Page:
Shiitake Log Inoculating Day!!

This morning I woke up early and so excited to meet new people and learn about this whole shiitake mushroom process. After about eight cups of coffee I was ready to hit the road. I picked up Jason and we get to this beautiful piece of property, called Taylor Creek Farm about 10am. 
The couple that owned the farm, Michelle and Chuck,  are awesome. We immediately got a tour of the land. They had built the nicest chicken coop I had ever seen (not that I have seen that many) entirely out of recycled materials. It was really amazing. Then we looked at a few ideal spots for the logs to lay after inoculation. Talked about different approaches to grass fed cattle, genetically modified foods, and the ideal way to provide for your family.  
These people knew what they were doing and weren't playing around. From building a greenhouse to mixing their own soil, they already had a good lead on the upcoming year's crops. 
After a few other people arrived we were ready to begin this inoculation assembly line shiitake party! Melissa and Jacob started drilling the holes, then the log came on down to myself and Michelle where we were the inoculators, then we sent it on down to Jason and Andy who had the official job titles of "the daubers" - then it was time to tag the log with the strain of shiitake and today's date.  We ended up doing around 50 logs.
I was surprised at how much we got accomplished in a matter of around 4 hours. It will take on average 6 months to 2 years to have mushrooms. Now let's wait and see......
Jason and I have made some new friends and are continuing to learn about different types of sustainable agriculture.  I also just read that Whole Foods, Organic Valley, and Stoneyfield Farms have surrendered to Monsanto. Unless everyone starts learning NOW how to grow your own food and save seeds, what you eat will be completely out of your hands. Be smart - and if you are oblivious to what it takes to grow your own food like me, then get out there and learn!


Grow Shiitake Mushrooooooms? What is THAT?

So I get a message asking if I want to go to Hartwell to inoculate some shiitake mushroom logs. Sounds strange. I don't even know what that means. So of course I agree. Then I start 'Googling'.  Ohhhh. OK. Looks pretty cool! Annnd I just happen to be training for this race called "Tough Mudder" and in the race you have to run part of the way carrying logs. This is perfect! Turns out we will be inoculating around 100 logs. I don't even eat mushrooms, but this is the year I am making a change. This year I am committed to trying EVERYTHING we grow/ harvest/ trade.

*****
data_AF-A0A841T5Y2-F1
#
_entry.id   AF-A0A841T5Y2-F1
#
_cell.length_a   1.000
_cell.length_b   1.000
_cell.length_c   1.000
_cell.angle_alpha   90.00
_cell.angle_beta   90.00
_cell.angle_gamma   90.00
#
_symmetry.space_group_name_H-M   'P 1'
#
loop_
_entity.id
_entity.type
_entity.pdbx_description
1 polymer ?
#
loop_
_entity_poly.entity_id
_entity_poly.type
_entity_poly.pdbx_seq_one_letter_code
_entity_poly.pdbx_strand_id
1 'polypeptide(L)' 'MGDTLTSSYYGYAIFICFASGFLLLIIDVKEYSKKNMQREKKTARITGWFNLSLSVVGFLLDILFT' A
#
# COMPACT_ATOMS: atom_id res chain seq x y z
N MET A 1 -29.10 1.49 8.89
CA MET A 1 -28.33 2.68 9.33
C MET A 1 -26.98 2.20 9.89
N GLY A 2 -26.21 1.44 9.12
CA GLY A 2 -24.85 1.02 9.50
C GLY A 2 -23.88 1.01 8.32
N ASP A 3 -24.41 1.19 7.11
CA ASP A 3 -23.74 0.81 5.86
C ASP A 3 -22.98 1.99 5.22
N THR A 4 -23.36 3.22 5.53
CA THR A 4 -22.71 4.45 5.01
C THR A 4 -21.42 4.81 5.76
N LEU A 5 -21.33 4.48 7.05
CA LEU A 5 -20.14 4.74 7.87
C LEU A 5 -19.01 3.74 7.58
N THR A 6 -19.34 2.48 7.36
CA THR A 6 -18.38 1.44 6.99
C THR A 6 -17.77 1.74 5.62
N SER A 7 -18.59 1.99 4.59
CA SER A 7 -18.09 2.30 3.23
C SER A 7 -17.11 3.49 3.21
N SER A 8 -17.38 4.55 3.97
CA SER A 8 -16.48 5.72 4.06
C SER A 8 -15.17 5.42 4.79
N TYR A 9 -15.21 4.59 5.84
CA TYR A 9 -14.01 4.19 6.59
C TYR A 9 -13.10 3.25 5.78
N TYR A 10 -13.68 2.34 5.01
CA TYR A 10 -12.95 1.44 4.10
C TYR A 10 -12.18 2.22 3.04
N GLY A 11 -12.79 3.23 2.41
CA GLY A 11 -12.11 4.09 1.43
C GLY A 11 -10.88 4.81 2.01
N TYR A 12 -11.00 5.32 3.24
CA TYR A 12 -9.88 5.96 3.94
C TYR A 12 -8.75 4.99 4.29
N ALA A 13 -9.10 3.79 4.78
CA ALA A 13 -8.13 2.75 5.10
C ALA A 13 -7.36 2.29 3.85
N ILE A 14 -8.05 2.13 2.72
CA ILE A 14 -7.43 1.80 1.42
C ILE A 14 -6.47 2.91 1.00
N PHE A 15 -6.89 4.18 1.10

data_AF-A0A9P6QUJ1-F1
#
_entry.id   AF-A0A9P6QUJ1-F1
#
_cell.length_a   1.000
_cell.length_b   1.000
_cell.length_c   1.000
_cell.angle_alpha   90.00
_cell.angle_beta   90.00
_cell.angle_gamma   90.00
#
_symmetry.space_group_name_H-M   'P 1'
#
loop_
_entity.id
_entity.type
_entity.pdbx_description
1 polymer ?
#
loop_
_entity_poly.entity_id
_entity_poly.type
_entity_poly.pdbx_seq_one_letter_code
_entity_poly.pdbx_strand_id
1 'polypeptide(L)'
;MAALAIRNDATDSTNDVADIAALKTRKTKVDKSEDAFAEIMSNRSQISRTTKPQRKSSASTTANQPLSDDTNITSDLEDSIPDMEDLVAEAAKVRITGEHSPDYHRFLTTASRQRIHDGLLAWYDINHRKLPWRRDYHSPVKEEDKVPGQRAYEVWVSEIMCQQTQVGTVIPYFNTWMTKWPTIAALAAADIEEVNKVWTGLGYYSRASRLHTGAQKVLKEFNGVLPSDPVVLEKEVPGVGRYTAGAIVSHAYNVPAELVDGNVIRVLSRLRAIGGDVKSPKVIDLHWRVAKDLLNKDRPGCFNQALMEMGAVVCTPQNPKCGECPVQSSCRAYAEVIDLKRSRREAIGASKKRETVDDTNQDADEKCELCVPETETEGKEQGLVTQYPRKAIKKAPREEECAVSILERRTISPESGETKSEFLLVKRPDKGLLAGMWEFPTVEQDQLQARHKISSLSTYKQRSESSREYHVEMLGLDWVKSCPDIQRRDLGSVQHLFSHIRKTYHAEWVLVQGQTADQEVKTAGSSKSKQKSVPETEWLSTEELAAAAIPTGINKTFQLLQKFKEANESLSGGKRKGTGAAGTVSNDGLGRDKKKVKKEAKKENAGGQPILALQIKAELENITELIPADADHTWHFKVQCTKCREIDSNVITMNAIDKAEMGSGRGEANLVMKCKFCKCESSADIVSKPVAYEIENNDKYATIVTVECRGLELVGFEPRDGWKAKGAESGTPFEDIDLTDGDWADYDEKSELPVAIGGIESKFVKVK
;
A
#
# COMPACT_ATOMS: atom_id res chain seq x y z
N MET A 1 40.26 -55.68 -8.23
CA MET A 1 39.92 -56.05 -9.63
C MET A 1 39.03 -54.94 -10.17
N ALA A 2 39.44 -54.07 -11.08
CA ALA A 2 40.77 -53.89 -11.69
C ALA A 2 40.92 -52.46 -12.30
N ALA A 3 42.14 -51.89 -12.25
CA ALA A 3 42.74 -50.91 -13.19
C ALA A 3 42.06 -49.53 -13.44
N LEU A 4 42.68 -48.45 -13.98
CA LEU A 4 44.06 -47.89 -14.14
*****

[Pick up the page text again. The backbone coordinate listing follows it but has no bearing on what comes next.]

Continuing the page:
Jason met this couple in Hartwell when he sold them some chickens. They had been apprenticing on a farm and wanted to be able to have their own fresh eggs. 
I ask Christian and my friend Lauren if they want to learn how to grow shiitake mushrooms and they both are in for the learning experience.....can't wait to get down and dirty with some manual labor and learn about something that I know nothing about but I will keep you posted!


Winter break is over - Let's make a plan for 2011!!

So it has officially been five months since we had a "true" farming experience. Jason has informed me he had access to some new land we could possibly use for our garden space. We decide to have a planning dinner. We planned on cooking and eating only what was grown/ bartered from Jason's farm. 
I get there and the wheels start turning immediately. We hop in the truck and ride through a couple of pastures to find the perfect spot (preferably next to a creek so we can have total natural water source). We find two ideal spots both next to creeks. Now to get the soil tested by the local county extension office to see what we will be working with. 
After looking at the land, I realize that instead of cooking dinner at Jason's like planned, I am actually going to a local church to have a chicken mull dinner. If you are unfamiliar with what that is, it is a type of creamy chicken soup made with only chicken, milk, and salt and pepper that you eat with saltine crackers - you can only get it in and around Athens (about a 30-mile radius) at a few places, and is absolutely unique to Georgia. I know what you are thinking...it doesn't SOUND appetizing at all, but it is delish!! So dinner was good and Jason's mom, dad, and two children and a niece and nephew accompanied us. The conversation was great and revolved around processed foods and additives as well as genetically modified foods. 
Working farms like Jason's family had decades ago don't stand a chance in today's world. We talked about Dr. Gerson for a bit when the topic of two friends of the family had types of cancer. If you are not familiar with Dr. Gerson, you should look him up. He treated ailments and illnesses with NUTRITION. He cured disease with NUTRITION. This is what we decided we wanted to do differently with 2011. We decided to devote this year to nourishing ourselves. It is a big step and takes dedication and actually paying attention to what we put in our mouths. 
After dinner we went back to Jason's house where there were mounds of pecans just waiting to be munched on. I had brought over some chocolate and we made delicious yummy concoctions with the pecans and other goodies. After terrorizing the children at Jason's house, my work was done. It was time to go home and let Christian (my boyfriend) sample some of our homemade goodness! Until next time......